Those who sat on the left side of the hall in France during the period preceding the French Revolution did so in support of "enlightenment," which was considered to be in the interests of rationalism and secularism. The left used secular elements to challenge the Church's long-held influence over government, fostering nationalism among its allies, and promoting hope in constructing and shaping the political community. The left desired to change government by overthrowing the Church and the aristocracy by promoting secularism and nationalism. The planners of this glorious new "Enlightened" government became the leaders of France after the French Revolution, orchestrating a Reign of Terror, which was a period of chaos during which thousands were guillotined for being politically incorrect.
The radicals within this new government saw the Catholic Church as the enemy while promoting its Cult of Reason. Like with the monarchy before them, however, it became clear that to control the political and social upheaval, the government in place must also become tyrannical in their own right. Under the rule of statism, France remained a nation unable to cultivate liberty, and one that remained under the iron fist of a dictatorial government. For many, this was no surprise. Some of the planners of the change of the form of government in France knew that in order to keep order they would need to "treat the people as cattle."
The French National Assembly established a constitutional monarchy and adopted a new constitution in 1791 that created a Legislative Assembly. The political assembly, as with any other political body, rapidly divided into factions opposing each other. The three factions that formed in the new French Legislative Assembly were the radicals (liberals), moderates (centrists) and conservatives. The radicals (liberals) sat in the left section of the assembly hall, the conservatives sat on the right, and the moderates sat in the center section. Their political identities have some similarities to political movements today in the United States, and had little in common with the pre-revolution arrangement that emphasized itself more on monarchy and religion.
America is much younger than the European nations, and never had a landlord class of titled nobles. In fact, the Constitution specifically prohibits such a system. The Founding Fathers desired to break away from European traditions as much as possible, even abandoning much of British Common Law when defining citizenship. To be a British Subject the rules were weak, and divided loyalties ran rampant throughout the British Empire. The United States as a nation could not tolerate divided loyalties, and placed a stronger standard of natural born citizenship upon the President in order to eliminate the opportunity for the executor of the American Form of Government to harbor divided loyalties between the United States of America, and any other nation. That way, the new American government could break completely free of any European influence, and forge itself into a Republic independent from British influence, and in fact, the authoritarian nature of Europe as a whole.
The political landscape of the United States of America, since there never was a class of nobles, was simple in the young nation. Either you were a Federalist, an anti-Federalist, or somewhere in between. In other words, you believed in a stronger centralized federal government, you believed that the federal role in government should be limited greatly, or you found yourself somewhere between the two political beliefs.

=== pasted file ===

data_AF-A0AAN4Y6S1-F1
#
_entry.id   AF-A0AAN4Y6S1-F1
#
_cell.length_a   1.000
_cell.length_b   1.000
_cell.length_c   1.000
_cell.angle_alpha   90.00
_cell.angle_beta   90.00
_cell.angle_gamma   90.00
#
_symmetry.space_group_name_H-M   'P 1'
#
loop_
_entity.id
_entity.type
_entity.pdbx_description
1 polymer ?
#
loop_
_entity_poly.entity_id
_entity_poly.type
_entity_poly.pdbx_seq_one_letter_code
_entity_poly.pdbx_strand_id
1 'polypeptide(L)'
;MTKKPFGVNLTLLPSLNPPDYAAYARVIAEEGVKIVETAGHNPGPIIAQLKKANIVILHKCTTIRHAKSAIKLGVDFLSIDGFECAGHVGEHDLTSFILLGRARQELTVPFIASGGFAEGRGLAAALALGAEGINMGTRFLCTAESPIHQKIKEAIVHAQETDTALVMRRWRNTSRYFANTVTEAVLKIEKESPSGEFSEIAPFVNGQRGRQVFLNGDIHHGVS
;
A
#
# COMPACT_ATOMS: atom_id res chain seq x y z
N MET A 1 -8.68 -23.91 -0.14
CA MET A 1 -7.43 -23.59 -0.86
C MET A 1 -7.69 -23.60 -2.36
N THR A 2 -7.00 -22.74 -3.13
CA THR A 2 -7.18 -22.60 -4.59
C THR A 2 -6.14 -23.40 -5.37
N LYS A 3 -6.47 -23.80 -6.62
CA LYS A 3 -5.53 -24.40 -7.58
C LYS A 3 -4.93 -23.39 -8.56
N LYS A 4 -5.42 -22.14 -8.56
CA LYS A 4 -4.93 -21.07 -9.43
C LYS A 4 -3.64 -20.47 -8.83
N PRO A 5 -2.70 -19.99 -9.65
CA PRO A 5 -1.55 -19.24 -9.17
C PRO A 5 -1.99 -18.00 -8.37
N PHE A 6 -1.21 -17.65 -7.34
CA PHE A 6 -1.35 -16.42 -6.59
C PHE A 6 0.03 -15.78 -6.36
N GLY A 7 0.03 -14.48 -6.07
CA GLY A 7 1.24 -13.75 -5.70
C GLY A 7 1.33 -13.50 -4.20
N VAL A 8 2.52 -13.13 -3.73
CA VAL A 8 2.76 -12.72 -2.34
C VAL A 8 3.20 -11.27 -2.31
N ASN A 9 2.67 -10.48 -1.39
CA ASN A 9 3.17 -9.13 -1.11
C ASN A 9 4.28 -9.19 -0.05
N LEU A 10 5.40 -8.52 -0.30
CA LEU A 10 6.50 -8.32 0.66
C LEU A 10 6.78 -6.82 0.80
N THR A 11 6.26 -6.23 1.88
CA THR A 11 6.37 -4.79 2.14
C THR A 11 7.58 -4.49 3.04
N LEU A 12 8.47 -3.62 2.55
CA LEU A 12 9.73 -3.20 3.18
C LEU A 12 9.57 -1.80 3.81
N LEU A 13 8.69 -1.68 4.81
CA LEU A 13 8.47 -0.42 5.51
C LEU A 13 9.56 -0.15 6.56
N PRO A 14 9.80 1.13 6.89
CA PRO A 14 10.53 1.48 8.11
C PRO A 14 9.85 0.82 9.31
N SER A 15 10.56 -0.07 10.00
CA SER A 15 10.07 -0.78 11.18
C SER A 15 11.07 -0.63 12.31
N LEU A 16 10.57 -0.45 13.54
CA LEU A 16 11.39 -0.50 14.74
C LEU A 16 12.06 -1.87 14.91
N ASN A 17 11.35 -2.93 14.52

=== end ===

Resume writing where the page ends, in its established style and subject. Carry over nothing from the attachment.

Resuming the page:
Unlike the Europeans, royalty and religion played no role in determining the nature of American political philosophies. Nearly all of the early American Politicians were deeply religious men, but the political spectrum did not separate factions along religious lines. God played a major role in the principle foundation of the nation, but the founding fathers also determined that no religion could ever take an official role in government. In other words, the establishment of any religion as the official religion of the United States was forbidden. However, the freedom to practice one's religion was not to be infringed upon. Almost all of the signers of the Declaration of Independence were either clergy, or highly involved in their church. 27 of the 56 signers had Christian seminary degrees. The founding fathers fervently prayed in Congress.
Benjamin Franklin is widely regarded to be among the least religious of the founding fathers. However, his speech given to Congress on June 28, 1787 asking that Congress have a prayer every morning before conducting business was overtly religious in nature. Despite modern assumptions, there was not a political battle between The Church and the secularists during the founding of the United States of America.
From the newer models of government in France, and America, the definition of the Political Spectrum changed, becoming more about the level of control of government over a society, rather than the presence of a monarchy, or established church. Zero percent of government intrusion on the lives of the people inhabits the far right of the current political spectrum, which is a condition known as anarchy. 100% governmental control inhabits the far left extremity of the Political Spectrum, or a totalitarian government. The American form of government, or a Constitutional Republic that operates under the rule of law, is at the center of the political spectrum.
Most of the current forms of government present in today's international political arena reside on the left side of the Political Spectrum, drawing their foundations from socialist principles. Socialism is authoritarian. Socialism claims to seek to overthrow the Church and aristocracy by promoting atheism and nationalism, much like the enlightened planners of the French Revolution, only replacing the government they thought to be a tyranny with a tyranny of their own. In Russia, the rise of socialism held the basic tenet of replacing the individual's commitment to God with a commitment to love and serve a collective society ruled by an elite few.